The aftermath of the Will Smith affair in the USA and the Nobel Peace Prize proposal for “Katiba des Narvalos” in France enlighten us on the role and limits of humor and its relationship with the state.
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What about the limits of humor?
Will Smith has resigned his membership in the Academy of Motion Pictures. The decision comes after intense media pressure and after it became public that the police tried, during the ceremony itself, to convince Chris Rock to sue him so they could arrest him and handcuff him in front of the cameras before the end of the ceremony. This final coda to the “scandal” definitively closes the media debate on whether the verbal violence of comedians can be confronted by their victims or must be stoically endured.
Meanwhile, in France, President Macron’s party nominates “Katiba des Narvalos” (KDN) for the Nobel Peace Prize. KDN is a group of trolls on social networks who enter more or less islamist chat groups, try to bust them and caricature them after sending reports to the French intelligence. They are not professionals, they are “vigilante” citizens. Their method is what is being rewarded: the supposed “humor” of which today the Islamists are the targets and tomorrow the victims could be any anarchist or communist current.
Humor held by power
When we look at Velázquez’s buffoons, one thing becomes clear: the painter did not find them amusing. The reason is that the jesters of his time were no longer that profession instituted by Peter the Ceremonious to “keep away sadness and ill-humor, and in all things be amiable”. They were rather the opposite of the saturnal tradition, they did not represent the inversion of power even in the reduced space of the Court.
With the consolidation of absolutism, the jester becomes the sovereign’s spokesman, an intermediary who, with burlesque overtones, mediates and disseminates the most delicate matters of royal politics, of which he becomes an effective propagandist. The aulic bard of the sixteenth and seventeenth centuries assumes the established social order and ends up subordinating laughter to the service of power: his contentious jokes are transformed into moralizing sentences (Minois 2000: 262-264), if not simply gossip and flattery in the decadent Spain of the last Habsburgs.The character of the madman in the medieval spectacle and in the princely courts of the Renaissance, Francesc Massip Bonet
This inversion of the role of “humor”, its instrumentalization by the state, will turn buffoonish satire into a tool of courtly repression which, when the bourgeoisie takes over the direction of the state, will become a tool of social coercion in preparation for repression.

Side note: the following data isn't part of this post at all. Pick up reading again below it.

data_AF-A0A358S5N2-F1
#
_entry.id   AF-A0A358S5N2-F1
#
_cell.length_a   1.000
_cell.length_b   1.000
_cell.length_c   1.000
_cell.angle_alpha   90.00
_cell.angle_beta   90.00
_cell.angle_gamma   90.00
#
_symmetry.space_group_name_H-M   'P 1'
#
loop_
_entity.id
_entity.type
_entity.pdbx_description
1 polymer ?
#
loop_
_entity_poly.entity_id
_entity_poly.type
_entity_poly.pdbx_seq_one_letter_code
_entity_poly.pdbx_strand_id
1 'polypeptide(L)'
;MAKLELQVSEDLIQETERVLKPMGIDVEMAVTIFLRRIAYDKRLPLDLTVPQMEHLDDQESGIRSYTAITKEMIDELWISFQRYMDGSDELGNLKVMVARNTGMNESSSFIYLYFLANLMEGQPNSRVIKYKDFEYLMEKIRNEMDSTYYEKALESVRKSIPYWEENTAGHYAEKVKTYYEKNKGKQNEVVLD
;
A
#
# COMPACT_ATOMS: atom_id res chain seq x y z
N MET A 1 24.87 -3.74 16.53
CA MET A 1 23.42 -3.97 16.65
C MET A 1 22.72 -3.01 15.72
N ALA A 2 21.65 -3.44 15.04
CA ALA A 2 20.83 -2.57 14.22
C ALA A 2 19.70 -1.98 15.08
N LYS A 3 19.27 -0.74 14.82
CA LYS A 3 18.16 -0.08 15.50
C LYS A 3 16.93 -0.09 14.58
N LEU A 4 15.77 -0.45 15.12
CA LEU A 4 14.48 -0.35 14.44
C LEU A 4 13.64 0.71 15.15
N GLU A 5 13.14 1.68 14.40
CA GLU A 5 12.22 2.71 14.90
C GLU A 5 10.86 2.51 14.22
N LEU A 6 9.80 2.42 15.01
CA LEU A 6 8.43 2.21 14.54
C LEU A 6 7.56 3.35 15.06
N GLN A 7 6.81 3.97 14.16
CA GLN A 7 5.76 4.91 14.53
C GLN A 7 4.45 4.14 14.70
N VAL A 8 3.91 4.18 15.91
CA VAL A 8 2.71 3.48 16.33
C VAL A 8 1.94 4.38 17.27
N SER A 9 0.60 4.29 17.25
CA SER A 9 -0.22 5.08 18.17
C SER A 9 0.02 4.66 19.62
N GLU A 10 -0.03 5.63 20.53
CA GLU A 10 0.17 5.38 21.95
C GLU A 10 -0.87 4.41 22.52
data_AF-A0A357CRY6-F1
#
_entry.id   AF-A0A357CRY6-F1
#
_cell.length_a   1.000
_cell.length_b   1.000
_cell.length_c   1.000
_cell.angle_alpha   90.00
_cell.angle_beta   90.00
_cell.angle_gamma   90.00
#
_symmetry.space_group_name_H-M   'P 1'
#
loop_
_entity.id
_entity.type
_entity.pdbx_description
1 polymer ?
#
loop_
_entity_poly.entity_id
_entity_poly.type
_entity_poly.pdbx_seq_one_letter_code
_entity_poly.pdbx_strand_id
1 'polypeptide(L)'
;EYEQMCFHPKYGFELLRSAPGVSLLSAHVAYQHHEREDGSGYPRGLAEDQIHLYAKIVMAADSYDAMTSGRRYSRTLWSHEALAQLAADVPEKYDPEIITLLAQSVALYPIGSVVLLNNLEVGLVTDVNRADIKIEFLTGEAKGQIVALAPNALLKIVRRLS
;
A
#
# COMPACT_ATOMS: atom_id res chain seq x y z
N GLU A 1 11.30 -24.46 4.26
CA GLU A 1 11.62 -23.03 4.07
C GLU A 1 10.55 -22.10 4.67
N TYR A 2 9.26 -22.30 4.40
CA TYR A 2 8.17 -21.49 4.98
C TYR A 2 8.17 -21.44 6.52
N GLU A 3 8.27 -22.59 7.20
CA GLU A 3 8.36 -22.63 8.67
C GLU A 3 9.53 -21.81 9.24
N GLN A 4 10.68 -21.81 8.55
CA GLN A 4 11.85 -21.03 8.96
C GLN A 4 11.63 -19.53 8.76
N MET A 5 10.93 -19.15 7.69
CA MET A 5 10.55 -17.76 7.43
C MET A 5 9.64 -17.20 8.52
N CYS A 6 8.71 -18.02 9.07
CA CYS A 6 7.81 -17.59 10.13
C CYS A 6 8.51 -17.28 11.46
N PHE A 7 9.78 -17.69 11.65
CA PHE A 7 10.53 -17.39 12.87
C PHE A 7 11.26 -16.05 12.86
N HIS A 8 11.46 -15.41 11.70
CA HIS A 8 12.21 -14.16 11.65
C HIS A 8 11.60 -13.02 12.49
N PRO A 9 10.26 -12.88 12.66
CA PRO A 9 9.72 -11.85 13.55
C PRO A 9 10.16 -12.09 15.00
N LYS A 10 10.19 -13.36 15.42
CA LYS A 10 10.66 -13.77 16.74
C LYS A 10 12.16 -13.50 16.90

The Bonapartist police will coordinate with the caricaturists of the official press in the same way that a century later the German press will prepare “with humor” the assassinations of Rosa Luxemburg and Karl Liebknecht or the stalinist caricaturists will recover the anti-Semitic motives of Russian white propaganda to dress up the mass murder of the Bolshevik Left Opposition first and of Trotsky himself later.
The “weapon of humor” has an owner
Let us now look at the “Will Smith affair” from the state’s point of view. His smack was actually a crime the ancient Romans would have judged as “atheism”: he broke the sacred order of an imperial ceremony. Over and above the influence of feminism, in the framework of the great national ceremonials, the personal is always political. That is, the personal is judged in relation to the state. The slap received by Rock was subsidiarily received by the state and the “greater good” of the cultural hegemony of U.S. capital in the world.
Whether there was prior symbolic violence in Rock’s jokes does not matter. Rock stood on the podium, the voice of power. Smith had to endure stoically and with a smile, showing that “thick skin” which the spectacle of power mephistophelically demands from those it exalts for their services. In this case even symbolically, since Smith had already won an Oscar despite not knowing it yet.
An important element we must not forget: humor, in the context of public spectacle on television or in the press, is part of the industry of opinion and therefore a “pillar of democracy”. Chris Rock on the Oscar podium is not at all the same as a nobody repeating the joke in a digital public space.
Nor is digital harassment of a public official the same as trolling anti-state conversations. Even more so if, like KDN, the troll collaborates with the intelligence services and becomes part of the war propaganda justifying the French military intervention in Mali.
That is to say, “humor without limits” is a prerogative of power, symbolic aggression dressed up as a “joke” is glorified and presented as a fundamental right because it is after all a prerogative of the state. But any reaction to it, except when it is promoted by the state itself as part of a safe carnivalesque outlet (as happened with BLM at the beginning) will be harshly repressed and persecuted.
The “limits of humor” are those marked by the spaces of power. That is why this is not about themes. What matters is not so much what is said, but who says it, when and where.